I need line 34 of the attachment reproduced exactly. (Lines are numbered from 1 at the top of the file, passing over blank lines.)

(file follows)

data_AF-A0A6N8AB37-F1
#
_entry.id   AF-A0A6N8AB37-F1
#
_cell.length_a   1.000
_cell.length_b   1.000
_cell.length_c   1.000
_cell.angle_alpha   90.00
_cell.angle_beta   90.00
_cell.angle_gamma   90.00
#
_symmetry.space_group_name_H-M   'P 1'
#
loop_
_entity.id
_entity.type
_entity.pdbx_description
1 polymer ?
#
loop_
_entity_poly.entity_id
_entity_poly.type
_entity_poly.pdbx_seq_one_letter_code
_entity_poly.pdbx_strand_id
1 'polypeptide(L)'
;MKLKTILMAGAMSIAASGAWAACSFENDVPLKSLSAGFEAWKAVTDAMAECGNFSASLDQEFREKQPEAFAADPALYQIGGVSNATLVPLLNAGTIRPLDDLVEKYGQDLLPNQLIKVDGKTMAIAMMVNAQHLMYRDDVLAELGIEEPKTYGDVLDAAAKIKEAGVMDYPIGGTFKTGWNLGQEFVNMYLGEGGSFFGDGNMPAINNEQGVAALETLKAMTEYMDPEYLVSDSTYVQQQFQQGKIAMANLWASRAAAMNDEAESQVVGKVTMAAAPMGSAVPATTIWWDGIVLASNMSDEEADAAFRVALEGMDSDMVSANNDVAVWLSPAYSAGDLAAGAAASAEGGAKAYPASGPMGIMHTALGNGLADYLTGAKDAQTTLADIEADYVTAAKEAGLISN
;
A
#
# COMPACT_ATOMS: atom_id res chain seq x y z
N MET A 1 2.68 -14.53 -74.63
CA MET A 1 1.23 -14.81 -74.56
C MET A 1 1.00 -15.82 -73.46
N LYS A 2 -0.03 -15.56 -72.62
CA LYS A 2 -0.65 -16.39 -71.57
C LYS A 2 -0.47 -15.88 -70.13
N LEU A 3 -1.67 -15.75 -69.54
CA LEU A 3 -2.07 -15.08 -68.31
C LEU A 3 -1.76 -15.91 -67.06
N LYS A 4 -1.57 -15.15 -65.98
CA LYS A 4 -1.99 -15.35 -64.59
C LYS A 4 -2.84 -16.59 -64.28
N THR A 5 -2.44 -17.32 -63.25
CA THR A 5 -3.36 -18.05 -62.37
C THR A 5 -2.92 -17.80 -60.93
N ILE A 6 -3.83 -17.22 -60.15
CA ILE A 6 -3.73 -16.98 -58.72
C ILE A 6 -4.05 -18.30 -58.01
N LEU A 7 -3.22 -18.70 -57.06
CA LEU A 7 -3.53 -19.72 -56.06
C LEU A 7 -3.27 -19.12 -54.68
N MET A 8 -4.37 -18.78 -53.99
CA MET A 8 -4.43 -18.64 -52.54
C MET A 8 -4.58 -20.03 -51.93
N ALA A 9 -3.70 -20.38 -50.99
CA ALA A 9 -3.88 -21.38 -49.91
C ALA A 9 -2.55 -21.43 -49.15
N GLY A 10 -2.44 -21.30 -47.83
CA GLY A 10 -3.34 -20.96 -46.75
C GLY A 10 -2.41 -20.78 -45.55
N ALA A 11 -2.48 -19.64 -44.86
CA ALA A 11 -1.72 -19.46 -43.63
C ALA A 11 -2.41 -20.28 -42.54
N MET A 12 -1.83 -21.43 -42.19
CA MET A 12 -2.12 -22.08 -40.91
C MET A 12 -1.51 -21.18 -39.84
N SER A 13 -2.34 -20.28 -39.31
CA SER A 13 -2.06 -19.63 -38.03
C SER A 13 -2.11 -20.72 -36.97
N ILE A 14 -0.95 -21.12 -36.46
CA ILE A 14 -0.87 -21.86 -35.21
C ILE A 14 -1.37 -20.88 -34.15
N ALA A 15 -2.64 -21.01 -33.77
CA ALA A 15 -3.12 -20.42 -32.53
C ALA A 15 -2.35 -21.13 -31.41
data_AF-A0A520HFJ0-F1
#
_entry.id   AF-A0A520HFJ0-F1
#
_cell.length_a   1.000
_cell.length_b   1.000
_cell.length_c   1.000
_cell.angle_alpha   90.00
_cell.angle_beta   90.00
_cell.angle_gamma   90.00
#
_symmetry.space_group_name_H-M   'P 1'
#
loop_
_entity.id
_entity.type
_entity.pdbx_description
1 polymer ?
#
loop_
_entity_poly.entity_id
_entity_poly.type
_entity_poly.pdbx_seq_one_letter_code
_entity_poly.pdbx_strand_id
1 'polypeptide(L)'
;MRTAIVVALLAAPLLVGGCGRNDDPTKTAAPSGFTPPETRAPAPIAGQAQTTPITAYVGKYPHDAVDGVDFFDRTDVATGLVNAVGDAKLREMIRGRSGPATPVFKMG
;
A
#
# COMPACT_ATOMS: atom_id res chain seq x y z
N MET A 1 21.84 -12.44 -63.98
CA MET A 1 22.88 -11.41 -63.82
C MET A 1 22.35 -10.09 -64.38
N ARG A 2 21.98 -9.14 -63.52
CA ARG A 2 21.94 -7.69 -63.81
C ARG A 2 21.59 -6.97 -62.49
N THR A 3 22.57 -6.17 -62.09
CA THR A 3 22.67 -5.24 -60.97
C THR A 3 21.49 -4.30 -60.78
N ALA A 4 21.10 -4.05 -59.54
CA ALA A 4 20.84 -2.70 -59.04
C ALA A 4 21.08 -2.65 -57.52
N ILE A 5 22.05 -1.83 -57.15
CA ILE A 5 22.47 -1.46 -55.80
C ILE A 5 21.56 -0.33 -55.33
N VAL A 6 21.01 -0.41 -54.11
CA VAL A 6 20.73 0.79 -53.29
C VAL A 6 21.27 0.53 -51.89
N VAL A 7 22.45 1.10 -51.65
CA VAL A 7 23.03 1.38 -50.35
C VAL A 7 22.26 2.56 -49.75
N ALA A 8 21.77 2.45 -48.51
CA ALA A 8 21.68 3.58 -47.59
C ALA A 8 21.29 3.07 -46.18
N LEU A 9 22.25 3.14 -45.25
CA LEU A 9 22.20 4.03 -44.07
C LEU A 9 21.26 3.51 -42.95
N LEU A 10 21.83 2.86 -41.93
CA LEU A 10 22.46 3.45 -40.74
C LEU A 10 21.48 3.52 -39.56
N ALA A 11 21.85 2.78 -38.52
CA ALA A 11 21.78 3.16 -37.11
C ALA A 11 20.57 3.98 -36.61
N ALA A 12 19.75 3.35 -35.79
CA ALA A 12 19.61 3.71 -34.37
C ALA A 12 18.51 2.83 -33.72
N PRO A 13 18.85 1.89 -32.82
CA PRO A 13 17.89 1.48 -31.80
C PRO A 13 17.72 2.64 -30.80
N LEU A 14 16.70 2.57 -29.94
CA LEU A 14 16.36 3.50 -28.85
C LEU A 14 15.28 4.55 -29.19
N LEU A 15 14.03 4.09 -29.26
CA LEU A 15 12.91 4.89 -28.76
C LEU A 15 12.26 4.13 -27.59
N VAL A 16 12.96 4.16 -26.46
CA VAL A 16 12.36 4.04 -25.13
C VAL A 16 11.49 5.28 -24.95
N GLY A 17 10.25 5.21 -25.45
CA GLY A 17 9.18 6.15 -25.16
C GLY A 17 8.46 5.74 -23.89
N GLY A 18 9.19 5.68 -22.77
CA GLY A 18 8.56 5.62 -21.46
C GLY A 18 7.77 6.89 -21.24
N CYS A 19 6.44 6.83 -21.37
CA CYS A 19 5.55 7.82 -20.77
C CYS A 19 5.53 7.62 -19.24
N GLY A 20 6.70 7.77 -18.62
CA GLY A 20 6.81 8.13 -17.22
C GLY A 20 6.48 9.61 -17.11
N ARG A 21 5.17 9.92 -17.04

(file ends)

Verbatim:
N LYS A 2 -0.03 -15.56 -72.62